How to Change a Clutch Master Cylinder

by Don Bowman

The master cylinder for the clutch works very similar to the brake master cylinder. It uses Dot 111 brake fluid. Some of the clutch master cylinders have a reservoir on the master, and some are closed with a remote reservoir that is always located close to the master cylinder. They are all bolted to the firewall and have a rod that runs through the firewall and attaches to the brake pedal.

Raise the hood of the vehicle. Attach the vise grips to the remote reservoir hose close to the master cylinder (if there is one). Make it just tight enough to compress the hose so that it will not leak. Remove the hose from the master cylinder to the reservoir. Use the common screwdriver to loosen the clamp.

Place the drain pan under the master cylinder to catch the brake fluid. Brake fluid is not good for paint, so clean up any leaks with a cloth. Using a wrench, remove the hydraulic line from the master to the slave cylinder. On some cars the hydraulic line is not screwed on with a cap. It uses a plastic line that has a small O-ring on the end and is inserted into the master cylinder and held in with a roll pin. If this is the case, the plastic line will have a round, flat land on the end that is in the master cylinder and has an O-ring above the land. Use the center punch and small hammer to tap the roll pin out very gently. Once the pin is out, pull the plastic line out and watch for the small O-ring on the end of the line; do not loosen this.

Remove the master cylinder's push rod from under the dash. Look up from under the dash and locate a rod coming from the master cylinder where it comes through the firewall to the top of the clutch arm. The rod is attached to the top of the clutch arm with the use of a drift pin that travels through a hole in the flat part of the rod, then through the clutch arm. A spring clip keeps the pin from coming out. Use the needle-nose pliers to pull the spring clip out of the end of the drift pin and push the drift pin out of the hole. This will release the rod from the clutch arm.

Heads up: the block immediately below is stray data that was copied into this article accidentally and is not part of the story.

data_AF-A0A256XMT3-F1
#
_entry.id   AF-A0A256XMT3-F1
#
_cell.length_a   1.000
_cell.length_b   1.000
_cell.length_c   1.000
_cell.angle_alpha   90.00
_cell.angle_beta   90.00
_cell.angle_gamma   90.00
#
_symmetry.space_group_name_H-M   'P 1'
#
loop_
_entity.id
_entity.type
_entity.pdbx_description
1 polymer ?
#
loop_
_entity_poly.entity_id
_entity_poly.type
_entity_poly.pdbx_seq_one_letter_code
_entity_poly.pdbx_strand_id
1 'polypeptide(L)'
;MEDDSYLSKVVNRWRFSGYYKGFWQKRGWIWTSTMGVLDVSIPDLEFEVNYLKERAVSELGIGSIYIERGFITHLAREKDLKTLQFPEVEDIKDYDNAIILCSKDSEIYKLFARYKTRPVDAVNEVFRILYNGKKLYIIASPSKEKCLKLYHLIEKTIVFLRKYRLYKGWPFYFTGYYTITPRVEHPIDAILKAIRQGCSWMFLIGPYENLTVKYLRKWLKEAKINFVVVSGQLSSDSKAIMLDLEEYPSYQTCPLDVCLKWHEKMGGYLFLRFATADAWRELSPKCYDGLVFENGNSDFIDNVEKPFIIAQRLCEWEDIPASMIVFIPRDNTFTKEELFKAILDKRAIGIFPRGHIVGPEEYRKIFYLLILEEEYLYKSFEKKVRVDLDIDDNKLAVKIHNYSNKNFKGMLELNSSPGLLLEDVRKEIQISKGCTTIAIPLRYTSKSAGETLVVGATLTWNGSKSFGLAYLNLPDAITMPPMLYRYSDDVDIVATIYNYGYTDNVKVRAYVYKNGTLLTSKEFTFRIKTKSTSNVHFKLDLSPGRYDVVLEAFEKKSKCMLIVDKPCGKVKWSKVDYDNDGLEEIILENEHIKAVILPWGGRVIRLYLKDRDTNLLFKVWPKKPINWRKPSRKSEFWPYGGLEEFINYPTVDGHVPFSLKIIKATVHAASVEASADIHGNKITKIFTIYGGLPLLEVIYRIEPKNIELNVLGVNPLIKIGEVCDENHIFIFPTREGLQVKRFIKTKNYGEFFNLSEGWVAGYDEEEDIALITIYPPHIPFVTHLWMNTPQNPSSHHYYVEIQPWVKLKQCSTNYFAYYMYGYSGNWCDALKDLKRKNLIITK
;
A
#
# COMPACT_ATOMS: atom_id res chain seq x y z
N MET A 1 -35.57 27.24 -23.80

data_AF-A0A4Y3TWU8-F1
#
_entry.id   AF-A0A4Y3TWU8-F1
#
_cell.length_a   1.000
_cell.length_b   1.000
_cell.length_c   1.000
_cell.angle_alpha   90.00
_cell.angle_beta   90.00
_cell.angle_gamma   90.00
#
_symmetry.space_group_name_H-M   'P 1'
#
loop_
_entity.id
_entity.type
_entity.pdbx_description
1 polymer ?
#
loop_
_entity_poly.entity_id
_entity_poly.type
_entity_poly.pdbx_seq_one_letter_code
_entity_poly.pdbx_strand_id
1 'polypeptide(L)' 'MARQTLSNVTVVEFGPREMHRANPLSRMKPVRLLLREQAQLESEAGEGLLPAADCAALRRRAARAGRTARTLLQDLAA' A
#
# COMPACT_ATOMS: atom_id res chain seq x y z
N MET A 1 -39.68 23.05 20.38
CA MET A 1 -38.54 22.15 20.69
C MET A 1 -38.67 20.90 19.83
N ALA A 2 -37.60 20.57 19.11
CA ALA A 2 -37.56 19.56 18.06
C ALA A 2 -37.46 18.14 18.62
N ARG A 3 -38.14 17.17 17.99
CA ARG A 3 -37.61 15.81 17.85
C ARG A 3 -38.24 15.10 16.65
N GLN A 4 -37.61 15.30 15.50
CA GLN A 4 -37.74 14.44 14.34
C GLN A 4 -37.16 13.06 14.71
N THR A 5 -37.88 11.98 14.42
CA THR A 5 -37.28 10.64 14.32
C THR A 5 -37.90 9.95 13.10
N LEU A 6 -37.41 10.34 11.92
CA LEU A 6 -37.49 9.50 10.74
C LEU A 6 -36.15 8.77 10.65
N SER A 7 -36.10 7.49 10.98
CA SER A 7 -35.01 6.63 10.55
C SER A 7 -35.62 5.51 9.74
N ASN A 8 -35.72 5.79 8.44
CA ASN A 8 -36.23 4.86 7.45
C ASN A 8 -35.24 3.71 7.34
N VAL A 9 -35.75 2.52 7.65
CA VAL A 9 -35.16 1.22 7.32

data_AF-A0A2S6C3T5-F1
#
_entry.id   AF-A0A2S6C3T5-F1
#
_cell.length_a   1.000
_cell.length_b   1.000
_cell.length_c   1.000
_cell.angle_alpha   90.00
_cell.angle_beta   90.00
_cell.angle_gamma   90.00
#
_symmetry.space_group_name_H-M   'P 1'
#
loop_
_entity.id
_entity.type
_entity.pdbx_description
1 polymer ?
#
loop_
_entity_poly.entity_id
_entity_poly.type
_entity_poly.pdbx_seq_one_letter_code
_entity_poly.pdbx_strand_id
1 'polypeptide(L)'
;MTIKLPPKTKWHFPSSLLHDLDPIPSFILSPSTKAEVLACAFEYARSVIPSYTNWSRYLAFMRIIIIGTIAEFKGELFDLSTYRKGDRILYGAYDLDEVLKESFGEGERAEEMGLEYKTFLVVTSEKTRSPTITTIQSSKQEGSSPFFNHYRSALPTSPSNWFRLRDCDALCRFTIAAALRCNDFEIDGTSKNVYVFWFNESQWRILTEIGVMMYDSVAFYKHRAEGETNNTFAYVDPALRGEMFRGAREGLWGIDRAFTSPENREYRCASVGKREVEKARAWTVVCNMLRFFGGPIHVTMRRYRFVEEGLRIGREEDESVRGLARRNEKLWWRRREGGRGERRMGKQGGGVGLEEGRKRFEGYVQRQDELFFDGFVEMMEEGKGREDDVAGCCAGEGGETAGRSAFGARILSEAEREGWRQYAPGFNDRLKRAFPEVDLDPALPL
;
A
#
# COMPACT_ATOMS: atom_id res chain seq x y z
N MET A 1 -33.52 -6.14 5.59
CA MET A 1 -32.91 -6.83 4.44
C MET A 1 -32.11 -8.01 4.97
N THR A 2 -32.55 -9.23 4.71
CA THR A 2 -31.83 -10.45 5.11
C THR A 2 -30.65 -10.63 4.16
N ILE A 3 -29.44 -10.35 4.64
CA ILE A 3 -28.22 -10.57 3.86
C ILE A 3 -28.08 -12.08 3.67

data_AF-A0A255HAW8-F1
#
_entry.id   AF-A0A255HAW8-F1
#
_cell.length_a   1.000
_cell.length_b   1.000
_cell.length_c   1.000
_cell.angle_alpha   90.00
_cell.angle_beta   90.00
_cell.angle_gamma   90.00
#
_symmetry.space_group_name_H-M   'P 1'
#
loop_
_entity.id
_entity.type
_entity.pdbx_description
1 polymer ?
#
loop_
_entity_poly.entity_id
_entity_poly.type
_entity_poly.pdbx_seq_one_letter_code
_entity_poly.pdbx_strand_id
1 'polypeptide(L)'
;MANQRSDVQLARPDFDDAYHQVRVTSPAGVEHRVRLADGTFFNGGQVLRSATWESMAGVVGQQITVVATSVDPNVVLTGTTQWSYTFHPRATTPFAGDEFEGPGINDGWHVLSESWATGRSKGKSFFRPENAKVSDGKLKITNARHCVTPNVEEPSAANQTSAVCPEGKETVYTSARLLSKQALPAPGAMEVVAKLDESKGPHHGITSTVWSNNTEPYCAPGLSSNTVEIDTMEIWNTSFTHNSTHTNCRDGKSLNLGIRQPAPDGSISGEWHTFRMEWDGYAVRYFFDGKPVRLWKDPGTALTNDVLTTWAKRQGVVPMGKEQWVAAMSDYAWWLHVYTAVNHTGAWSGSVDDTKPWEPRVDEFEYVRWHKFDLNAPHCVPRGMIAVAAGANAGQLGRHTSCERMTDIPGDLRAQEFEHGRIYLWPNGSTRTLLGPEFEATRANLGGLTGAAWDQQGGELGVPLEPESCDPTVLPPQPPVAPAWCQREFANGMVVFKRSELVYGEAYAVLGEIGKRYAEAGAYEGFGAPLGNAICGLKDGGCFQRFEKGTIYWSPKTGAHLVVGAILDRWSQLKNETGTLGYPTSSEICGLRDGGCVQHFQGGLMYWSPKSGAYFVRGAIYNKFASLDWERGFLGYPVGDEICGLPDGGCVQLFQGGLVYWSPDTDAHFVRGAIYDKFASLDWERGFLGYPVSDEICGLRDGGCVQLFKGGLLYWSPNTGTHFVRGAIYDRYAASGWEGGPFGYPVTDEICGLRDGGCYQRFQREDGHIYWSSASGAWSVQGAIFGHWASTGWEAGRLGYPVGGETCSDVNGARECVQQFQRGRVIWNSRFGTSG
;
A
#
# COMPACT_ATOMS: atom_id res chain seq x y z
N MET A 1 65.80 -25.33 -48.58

Remove the two nuts on the engine side of the firewall that are holding the clutch master cylinder to the firewall. Pull the master cylinder straight out toward the front of the vehicle; it and the rod will come off.

Install the new master cylinder in reverse order of removal, leaving the hydraulic line off.

Fill the master cylinder with brake fluid. Bleeding the master cylinder will require a helper. Hold a finger over the hole for the hydraulic line so it does not leak. Have the helper push the clutch pedal all the way to the floor and hold it there. As the helper pushes the clutch pedal down, remove the finger from over the hole for the hydraulic line. As soon as the pedal is on the floor, place the finger back over the hole. Allow the helper to let the pedal back up again. Repeat this process until steady fluid is coming out of the master cylinder (no air). Once this is done, replace the hydraulic line.

Items you will need

About the Author

Don Bowman has been writing for various websites and several online magazines since 2008. He has owned an auto service facility since 1982 and has over 45 years of technical experience as a master ASE tech. Bowman has a business degree from Pennsylvania State University and was an officer in the U.S. Army (aircraft maintenance officer, pilot, six Air Medal awards, two tours Vietnam).